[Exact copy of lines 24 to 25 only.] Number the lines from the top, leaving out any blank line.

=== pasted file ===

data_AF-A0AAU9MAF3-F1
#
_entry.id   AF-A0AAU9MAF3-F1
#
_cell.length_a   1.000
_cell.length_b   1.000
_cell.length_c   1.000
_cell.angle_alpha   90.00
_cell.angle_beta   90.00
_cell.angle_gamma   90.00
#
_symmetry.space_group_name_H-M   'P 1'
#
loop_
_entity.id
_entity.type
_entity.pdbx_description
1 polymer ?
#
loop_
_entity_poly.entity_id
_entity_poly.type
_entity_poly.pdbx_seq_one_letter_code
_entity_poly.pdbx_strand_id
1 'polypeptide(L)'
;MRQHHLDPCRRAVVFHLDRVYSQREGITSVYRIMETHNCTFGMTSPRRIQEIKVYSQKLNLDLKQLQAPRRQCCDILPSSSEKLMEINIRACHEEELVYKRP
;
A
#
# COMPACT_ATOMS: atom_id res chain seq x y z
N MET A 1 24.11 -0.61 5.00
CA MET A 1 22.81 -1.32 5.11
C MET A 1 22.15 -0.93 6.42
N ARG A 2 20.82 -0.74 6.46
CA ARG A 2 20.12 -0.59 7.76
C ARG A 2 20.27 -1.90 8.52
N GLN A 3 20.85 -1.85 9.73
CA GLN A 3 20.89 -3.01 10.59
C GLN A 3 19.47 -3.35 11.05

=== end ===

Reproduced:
_entity_poly.pdbx_strand_id
1 'polypeptide(L)'